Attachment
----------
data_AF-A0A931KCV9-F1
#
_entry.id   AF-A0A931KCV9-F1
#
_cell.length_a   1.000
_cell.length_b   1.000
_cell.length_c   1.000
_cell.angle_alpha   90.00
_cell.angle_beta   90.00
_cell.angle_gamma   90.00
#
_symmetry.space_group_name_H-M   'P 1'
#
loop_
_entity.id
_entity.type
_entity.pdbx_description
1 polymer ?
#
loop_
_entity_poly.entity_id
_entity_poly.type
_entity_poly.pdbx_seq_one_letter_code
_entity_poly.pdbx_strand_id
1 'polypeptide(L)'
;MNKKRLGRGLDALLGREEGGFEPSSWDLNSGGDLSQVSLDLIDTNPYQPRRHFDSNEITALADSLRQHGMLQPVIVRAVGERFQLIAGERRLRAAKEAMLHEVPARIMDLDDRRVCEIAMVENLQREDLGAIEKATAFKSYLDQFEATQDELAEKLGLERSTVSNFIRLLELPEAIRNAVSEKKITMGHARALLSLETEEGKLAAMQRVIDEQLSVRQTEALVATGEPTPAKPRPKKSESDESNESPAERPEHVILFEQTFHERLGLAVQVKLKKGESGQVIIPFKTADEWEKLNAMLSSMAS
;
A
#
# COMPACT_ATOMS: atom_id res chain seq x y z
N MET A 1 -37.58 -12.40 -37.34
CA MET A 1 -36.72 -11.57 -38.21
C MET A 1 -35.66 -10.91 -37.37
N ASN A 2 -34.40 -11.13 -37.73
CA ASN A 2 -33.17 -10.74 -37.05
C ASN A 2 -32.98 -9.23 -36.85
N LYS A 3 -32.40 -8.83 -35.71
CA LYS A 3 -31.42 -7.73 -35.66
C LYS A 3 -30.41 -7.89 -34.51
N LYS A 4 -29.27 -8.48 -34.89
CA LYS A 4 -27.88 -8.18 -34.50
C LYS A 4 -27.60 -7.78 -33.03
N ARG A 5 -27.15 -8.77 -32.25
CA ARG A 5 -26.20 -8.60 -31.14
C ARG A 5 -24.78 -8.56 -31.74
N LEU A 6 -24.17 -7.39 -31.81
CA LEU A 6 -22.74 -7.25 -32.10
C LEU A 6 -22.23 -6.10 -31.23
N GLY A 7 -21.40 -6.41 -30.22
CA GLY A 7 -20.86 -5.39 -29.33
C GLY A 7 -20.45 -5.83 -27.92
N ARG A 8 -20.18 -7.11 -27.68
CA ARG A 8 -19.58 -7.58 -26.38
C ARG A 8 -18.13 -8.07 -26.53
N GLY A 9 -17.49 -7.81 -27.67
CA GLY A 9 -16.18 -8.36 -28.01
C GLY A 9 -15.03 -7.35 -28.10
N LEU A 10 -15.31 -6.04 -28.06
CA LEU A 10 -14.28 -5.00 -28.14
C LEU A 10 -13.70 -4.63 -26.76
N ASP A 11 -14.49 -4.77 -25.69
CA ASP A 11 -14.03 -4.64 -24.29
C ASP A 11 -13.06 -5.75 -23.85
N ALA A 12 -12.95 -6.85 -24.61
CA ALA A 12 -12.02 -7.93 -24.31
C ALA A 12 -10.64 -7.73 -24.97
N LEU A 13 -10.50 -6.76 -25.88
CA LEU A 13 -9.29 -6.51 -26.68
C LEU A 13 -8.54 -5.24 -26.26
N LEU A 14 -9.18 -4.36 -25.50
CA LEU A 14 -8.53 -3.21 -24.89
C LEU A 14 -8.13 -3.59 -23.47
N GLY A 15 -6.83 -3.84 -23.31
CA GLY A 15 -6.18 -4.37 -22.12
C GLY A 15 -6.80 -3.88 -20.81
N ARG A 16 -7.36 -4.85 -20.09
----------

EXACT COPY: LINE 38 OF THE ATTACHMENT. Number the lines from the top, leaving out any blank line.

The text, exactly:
CA LYS A 3 -31.42 -7.73 -35.66